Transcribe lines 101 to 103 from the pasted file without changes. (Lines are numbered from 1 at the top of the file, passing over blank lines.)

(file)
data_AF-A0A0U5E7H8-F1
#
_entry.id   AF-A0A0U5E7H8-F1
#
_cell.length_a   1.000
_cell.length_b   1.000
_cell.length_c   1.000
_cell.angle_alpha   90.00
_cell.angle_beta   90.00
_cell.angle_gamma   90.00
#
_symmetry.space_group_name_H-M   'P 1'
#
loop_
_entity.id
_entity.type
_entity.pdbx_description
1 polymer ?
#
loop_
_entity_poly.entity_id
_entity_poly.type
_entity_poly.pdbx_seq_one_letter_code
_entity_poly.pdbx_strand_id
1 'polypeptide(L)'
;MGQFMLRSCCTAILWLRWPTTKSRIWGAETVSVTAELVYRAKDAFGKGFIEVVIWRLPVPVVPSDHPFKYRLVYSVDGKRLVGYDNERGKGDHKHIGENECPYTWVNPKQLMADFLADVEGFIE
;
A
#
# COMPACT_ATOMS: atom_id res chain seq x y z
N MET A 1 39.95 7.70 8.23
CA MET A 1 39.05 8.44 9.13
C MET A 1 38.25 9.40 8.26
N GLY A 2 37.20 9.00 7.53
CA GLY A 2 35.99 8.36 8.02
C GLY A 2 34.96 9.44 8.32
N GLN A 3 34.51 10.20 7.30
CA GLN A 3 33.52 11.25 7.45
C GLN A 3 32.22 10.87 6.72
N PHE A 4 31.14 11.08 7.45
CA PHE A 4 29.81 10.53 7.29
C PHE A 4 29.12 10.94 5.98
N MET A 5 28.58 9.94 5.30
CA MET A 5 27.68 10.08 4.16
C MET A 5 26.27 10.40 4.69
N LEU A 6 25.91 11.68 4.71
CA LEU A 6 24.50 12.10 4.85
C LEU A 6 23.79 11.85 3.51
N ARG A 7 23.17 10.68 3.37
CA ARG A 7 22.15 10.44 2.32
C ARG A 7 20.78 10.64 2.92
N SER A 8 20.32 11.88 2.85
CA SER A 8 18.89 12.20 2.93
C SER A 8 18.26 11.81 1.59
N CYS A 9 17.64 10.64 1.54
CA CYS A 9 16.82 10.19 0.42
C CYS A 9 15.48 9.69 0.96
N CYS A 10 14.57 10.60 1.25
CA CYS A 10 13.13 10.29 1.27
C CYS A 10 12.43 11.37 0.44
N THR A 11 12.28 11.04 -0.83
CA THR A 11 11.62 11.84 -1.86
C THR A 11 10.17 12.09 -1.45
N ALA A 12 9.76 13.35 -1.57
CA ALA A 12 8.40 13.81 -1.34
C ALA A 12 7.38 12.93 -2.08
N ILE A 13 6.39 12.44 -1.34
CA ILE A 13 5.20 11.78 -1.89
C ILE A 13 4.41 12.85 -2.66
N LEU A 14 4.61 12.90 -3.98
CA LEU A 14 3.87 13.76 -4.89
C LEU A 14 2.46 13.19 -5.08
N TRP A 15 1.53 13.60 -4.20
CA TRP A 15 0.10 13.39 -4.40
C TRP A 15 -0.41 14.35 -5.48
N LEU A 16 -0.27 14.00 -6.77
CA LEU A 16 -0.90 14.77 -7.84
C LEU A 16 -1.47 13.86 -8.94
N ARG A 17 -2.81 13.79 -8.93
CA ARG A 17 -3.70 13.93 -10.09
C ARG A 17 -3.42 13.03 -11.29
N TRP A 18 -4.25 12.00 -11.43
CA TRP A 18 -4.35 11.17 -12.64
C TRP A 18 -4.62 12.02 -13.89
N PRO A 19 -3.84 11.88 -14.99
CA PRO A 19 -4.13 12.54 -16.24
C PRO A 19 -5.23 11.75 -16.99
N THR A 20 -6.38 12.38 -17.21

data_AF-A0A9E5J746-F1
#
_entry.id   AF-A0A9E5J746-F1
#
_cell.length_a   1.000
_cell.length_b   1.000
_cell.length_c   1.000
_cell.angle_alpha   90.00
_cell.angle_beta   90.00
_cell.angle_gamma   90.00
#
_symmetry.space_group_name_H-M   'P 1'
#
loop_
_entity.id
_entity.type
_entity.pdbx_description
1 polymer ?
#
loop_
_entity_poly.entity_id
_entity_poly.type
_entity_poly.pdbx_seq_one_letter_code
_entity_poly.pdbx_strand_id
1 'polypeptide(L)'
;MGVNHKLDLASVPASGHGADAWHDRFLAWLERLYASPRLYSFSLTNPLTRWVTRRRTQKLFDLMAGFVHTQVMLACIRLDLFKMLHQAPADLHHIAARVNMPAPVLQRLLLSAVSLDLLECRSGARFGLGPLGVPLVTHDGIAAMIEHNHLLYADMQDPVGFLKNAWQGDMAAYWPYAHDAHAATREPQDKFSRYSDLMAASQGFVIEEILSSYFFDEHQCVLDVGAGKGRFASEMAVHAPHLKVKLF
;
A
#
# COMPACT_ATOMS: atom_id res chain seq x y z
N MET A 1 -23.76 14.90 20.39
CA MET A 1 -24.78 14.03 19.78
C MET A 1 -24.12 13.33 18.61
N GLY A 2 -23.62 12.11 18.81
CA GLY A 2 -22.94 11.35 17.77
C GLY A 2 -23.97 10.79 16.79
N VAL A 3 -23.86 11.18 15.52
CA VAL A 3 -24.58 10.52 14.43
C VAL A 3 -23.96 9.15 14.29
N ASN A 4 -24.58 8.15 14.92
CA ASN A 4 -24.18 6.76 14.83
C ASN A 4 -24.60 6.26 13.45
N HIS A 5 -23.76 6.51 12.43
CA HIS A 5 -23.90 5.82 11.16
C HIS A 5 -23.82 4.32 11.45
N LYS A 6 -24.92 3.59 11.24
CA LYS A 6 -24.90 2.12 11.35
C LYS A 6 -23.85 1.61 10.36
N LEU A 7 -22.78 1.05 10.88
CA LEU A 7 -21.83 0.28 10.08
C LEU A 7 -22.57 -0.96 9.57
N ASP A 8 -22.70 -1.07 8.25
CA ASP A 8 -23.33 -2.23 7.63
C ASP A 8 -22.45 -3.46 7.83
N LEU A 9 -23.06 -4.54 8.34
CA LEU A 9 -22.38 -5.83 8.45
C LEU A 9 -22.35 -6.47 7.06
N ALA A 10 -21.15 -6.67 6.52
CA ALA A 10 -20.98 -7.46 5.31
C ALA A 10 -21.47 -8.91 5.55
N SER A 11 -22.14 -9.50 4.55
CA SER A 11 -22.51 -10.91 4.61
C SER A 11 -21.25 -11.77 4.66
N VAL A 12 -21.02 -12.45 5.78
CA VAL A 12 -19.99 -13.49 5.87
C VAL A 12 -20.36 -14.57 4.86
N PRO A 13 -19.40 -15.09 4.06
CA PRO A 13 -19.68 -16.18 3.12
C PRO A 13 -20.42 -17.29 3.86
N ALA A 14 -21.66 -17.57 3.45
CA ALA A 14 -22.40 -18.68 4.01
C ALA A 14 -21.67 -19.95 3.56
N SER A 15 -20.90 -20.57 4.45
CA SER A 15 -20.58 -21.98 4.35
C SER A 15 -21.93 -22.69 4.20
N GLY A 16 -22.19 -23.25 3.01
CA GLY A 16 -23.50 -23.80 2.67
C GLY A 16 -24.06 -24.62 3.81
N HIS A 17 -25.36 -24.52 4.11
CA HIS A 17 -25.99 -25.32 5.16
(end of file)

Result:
#
loop_
_entity.id